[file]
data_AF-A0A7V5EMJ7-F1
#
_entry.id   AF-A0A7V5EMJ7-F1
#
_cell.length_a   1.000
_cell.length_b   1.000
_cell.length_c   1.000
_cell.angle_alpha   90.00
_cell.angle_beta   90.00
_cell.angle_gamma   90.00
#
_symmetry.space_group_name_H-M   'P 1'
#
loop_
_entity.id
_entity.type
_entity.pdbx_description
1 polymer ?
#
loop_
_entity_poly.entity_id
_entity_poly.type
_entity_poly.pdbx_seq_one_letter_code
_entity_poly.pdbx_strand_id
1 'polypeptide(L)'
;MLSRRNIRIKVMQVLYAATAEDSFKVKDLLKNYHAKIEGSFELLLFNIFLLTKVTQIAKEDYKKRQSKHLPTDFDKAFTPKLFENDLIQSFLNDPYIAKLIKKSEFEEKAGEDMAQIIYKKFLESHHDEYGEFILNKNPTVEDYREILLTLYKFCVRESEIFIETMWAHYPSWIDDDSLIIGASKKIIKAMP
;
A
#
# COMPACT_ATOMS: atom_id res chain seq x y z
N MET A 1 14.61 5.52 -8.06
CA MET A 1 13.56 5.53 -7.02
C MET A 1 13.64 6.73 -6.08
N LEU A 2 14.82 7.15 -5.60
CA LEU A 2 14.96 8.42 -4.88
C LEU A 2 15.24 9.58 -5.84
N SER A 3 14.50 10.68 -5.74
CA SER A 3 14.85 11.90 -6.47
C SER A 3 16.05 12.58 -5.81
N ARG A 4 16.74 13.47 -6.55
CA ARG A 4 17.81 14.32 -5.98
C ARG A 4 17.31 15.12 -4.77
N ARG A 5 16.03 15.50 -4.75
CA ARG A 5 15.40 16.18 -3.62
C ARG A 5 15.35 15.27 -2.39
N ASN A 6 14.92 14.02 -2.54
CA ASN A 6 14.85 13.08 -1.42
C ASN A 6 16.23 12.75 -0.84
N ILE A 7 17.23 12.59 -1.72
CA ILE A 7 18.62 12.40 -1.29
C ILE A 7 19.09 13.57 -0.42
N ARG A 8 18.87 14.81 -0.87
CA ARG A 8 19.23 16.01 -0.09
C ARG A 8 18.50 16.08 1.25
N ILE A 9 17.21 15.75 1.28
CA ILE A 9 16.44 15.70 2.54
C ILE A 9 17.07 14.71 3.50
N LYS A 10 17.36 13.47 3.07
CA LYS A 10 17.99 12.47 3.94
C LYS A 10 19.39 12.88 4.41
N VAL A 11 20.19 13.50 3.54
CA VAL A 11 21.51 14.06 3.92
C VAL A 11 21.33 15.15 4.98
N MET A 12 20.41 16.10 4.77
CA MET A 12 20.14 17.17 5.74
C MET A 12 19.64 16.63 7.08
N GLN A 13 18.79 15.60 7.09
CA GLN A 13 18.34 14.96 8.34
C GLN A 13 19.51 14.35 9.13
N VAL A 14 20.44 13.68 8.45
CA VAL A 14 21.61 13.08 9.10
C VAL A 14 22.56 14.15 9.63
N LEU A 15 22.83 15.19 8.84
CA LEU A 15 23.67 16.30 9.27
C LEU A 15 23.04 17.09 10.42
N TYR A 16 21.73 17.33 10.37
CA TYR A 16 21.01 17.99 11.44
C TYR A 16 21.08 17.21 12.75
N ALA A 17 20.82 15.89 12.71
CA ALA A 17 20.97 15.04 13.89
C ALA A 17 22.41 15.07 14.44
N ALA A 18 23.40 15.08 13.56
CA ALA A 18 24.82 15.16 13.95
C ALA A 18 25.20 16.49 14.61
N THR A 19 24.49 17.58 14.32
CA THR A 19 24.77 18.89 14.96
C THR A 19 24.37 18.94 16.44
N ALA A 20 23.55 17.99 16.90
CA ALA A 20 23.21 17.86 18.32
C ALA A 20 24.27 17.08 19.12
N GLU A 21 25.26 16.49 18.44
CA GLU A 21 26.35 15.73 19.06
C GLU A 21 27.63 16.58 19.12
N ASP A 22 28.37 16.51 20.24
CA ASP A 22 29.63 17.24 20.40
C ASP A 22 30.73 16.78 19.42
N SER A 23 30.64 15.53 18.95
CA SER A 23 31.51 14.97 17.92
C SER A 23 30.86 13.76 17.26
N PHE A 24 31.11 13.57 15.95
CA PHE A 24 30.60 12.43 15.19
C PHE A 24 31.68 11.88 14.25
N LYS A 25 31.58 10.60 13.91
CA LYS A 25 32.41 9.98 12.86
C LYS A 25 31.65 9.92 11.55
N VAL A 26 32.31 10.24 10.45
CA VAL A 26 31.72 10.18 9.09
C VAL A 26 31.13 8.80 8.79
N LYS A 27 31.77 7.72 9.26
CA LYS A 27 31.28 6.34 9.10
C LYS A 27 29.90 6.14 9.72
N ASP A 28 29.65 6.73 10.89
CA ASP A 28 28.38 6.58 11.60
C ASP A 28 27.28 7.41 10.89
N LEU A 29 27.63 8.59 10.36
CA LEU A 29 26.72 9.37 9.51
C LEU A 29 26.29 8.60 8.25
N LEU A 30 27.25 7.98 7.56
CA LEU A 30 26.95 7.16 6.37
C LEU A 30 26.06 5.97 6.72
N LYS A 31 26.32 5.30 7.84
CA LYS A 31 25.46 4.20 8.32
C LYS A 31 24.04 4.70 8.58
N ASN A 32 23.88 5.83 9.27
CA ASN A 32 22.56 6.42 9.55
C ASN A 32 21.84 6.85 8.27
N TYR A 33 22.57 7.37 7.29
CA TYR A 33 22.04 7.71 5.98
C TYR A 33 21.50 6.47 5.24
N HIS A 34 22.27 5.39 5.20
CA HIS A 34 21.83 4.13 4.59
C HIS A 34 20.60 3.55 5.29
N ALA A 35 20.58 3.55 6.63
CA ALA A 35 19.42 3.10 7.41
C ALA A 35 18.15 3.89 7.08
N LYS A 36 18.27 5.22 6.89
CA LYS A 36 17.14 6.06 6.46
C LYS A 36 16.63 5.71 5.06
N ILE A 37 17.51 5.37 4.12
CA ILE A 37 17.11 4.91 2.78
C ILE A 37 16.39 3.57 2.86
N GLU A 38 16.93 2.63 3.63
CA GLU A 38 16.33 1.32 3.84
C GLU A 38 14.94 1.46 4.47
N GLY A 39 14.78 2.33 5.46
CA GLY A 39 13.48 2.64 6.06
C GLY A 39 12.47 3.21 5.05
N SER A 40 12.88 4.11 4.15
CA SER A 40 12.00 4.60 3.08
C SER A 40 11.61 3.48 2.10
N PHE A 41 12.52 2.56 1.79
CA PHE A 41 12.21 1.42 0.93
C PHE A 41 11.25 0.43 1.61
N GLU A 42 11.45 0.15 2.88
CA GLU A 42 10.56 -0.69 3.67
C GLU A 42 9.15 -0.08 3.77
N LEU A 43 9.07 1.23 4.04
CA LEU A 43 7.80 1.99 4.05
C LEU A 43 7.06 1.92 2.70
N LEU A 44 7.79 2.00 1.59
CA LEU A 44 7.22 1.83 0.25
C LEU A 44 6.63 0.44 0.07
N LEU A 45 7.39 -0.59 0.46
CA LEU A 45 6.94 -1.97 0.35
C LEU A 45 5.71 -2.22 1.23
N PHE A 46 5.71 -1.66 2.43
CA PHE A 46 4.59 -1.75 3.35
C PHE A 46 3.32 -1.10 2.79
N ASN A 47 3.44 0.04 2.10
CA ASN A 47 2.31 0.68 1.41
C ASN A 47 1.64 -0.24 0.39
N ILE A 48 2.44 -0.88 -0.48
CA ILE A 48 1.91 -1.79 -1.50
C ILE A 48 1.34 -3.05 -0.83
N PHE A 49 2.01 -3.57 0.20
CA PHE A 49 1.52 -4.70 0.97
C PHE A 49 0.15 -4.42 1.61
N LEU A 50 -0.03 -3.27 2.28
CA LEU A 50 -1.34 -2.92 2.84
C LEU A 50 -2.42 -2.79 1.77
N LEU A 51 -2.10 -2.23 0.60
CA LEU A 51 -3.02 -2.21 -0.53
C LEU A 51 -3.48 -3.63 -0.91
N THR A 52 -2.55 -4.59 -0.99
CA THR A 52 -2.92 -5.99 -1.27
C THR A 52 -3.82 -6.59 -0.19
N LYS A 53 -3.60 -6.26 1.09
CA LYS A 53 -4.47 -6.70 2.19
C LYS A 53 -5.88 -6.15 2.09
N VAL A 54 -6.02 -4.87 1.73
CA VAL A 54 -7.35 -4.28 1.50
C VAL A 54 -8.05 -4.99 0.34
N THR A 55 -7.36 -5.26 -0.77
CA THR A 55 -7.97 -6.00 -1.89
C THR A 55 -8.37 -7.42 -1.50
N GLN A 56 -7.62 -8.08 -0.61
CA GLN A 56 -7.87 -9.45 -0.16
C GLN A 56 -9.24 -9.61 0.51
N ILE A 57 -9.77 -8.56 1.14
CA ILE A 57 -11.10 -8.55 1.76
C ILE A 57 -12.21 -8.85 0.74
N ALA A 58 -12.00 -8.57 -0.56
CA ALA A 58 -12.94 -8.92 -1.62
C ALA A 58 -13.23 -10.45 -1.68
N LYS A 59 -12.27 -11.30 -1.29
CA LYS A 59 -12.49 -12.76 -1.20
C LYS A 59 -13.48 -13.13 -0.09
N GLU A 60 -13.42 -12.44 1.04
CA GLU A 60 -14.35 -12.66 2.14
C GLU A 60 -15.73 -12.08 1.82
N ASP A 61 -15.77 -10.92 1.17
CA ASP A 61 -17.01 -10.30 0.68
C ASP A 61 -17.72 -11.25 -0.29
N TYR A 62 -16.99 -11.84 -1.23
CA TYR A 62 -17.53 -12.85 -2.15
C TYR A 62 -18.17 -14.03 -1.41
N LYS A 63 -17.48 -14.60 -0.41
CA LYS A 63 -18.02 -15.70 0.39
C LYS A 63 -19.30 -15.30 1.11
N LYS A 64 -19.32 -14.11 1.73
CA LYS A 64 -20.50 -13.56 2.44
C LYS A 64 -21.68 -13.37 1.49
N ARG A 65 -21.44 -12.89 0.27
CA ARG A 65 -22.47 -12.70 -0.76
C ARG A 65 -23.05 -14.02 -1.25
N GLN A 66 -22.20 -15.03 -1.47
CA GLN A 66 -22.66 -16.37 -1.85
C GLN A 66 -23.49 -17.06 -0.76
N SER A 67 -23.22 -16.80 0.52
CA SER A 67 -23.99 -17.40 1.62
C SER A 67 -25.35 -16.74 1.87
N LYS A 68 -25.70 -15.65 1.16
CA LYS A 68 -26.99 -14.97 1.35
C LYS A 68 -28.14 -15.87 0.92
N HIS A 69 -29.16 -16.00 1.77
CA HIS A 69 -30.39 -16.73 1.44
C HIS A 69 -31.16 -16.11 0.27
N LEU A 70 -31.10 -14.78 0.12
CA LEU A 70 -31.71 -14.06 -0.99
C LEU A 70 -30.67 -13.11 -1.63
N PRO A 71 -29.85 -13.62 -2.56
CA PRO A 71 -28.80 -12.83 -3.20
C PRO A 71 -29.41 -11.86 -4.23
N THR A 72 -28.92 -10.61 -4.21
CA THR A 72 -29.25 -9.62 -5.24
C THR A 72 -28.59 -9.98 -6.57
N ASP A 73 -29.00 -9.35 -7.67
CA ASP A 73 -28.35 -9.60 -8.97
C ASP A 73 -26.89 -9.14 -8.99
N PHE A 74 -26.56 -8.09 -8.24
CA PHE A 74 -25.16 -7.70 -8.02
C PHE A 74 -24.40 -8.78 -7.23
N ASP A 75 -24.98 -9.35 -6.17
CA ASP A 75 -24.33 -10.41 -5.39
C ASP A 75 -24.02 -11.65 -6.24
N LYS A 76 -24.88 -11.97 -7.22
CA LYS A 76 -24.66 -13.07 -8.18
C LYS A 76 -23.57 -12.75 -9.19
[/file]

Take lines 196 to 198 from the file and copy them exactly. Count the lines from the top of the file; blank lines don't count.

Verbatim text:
N GLN A 56 -7.62 -8.08 -0.61
CA GLN A 56 -7.87 -9.45 -0.16
C GLN A 56 -9.24 -9.61 0.51